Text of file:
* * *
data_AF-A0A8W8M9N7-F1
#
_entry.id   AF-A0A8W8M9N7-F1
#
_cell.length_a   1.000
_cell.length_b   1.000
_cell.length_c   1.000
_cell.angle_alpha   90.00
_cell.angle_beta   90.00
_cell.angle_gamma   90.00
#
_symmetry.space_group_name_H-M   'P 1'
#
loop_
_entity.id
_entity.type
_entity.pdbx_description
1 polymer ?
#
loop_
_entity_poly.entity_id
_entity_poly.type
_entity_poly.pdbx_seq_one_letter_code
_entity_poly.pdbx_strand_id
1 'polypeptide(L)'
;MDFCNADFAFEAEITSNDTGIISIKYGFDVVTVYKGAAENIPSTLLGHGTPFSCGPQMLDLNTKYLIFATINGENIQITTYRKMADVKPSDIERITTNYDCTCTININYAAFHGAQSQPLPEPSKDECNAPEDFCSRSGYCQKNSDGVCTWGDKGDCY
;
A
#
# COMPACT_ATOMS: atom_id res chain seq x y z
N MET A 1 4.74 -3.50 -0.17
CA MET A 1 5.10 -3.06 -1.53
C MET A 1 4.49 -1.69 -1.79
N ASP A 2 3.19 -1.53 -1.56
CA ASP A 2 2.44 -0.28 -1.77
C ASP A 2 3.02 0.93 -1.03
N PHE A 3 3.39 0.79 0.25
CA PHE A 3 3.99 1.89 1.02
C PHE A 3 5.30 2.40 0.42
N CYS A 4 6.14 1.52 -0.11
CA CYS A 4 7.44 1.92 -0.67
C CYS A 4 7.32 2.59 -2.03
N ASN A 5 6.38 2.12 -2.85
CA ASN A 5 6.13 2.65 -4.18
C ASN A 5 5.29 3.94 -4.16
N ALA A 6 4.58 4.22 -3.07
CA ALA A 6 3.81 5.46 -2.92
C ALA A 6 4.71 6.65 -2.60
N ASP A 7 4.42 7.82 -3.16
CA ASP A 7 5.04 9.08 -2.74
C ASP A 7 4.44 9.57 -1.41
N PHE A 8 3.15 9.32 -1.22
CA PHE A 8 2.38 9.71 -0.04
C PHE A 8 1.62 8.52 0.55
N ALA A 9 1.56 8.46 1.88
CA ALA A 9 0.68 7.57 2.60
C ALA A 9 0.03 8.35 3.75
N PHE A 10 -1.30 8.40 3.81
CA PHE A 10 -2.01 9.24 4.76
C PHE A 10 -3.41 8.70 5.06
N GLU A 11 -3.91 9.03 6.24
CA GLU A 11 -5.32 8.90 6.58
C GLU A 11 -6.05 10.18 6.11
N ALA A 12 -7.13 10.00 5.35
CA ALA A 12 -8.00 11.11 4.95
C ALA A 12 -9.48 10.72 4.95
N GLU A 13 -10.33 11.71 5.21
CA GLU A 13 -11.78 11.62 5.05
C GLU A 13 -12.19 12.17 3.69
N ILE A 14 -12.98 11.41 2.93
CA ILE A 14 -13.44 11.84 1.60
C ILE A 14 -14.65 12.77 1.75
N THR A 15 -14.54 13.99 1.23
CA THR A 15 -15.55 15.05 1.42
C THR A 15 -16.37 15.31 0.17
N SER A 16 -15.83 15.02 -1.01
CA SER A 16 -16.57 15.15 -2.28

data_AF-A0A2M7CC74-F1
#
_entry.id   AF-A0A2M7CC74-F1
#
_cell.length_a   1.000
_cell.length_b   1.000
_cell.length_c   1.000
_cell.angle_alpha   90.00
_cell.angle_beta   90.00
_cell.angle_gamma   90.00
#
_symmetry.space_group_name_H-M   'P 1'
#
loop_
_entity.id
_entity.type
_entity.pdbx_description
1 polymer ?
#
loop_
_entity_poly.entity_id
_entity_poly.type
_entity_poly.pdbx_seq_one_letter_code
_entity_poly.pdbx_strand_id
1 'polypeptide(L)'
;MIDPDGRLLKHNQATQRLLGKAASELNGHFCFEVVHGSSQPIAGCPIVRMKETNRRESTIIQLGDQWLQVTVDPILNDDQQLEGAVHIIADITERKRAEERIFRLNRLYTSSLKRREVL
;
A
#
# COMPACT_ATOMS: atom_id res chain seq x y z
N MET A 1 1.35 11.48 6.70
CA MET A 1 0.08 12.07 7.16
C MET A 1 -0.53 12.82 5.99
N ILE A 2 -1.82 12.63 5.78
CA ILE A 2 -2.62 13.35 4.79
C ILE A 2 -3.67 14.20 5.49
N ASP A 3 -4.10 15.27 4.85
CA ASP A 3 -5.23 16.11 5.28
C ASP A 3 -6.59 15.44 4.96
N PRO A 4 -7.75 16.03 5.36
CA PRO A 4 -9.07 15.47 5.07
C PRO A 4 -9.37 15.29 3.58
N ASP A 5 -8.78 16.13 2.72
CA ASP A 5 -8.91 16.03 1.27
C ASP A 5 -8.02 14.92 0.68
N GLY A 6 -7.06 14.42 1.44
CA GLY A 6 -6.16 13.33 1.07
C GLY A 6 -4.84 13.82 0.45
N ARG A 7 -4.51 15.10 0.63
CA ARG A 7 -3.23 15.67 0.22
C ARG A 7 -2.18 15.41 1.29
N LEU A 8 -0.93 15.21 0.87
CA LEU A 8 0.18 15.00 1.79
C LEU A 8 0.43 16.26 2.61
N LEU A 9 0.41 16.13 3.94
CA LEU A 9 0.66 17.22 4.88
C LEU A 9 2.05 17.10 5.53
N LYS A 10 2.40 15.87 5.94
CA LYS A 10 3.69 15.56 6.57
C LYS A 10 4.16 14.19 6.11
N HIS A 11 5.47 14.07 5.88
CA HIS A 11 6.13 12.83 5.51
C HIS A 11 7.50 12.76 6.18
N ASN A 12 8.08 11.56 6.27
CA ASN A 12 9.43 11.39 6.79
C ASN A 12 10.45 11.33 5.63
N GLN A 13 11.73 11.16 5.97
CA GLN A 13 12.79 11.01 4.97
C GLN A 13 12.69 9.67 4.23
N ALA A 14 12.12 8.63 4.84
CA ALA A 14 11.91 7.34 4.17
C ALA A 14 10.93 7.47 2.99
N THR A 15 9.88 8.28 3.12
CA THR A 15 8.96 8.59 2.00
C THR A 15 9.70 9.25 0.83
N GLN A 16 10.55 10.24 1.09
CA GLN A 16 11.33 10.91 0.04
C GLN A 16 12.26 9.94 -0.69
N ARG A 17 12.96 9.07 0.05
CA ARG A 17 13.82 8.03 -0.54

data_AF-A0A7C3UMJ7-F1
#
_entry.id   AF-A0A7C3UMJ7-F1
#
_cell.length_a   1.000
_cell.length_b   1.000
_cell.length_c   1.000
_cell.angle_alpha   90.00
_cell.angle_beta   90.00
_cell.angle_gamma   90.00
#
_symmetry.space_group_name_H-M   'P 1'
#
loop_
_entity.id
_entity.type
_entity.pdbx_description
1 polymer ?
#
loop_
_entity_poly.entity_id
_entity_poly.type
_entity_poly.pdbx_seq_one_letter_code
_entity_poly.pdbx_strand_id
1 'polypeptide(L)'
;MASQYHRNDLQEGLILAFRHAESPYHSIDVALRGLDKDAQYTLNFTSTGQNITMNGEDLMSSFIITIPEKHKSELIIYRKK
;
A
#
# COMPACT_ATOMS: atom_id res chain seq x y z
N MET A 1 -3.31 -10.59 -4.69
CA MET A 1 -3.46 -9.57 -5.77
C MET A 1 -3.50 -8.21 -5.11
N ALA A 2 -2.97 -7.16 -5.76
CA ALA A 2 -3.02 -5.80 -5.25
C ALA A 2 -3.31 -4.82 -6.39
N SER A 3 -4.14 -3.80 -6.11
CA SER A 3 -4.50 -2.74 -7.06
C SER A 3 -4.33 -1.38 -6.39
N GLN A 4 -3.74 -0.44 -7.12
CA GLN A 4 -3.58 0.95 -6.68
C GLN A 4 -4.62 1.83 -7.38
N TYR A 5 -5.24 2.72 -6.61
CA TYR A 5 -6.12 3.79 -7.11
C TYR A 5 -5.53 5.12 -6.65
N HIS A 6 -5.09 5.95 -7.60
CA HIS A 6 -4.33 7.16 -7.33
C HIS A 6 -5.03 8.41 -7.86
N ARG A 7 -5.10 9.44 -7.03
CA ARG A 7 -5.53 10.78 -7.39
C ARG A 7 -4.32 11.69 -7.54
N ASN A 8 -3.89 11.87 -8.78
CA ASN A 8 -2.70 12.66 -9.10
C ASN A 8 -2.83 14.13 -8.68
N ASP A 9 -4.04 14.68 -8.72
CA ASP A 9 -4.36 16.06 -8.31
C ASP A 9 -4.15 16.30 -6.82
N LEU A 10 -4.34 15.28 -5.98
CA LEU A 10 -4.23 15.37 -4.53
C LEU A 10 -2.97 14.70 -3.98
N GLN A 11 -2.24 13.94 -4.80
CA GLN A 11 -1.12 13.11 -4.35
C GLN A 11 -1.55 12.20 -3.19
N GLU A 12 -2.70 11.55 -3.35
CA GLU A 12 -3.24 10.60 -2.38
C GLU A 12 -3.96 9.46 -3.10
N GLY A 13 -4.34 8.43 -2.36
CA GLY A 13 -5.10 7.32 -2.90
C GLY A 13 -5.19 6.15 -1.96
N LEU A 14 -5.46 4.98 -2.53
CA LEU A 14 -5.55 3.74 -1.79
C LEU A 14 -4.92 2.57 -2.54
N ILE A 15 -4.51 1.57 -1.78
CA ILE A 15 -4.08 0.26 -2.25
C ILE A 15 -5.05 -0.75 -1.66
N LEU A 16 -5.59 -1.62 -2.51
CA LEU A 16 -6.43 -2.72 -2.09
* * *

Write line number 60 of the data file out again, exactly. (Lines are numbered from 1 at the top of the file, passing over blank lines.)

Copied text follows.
C PHE A 10 -3.41 8.70 5.06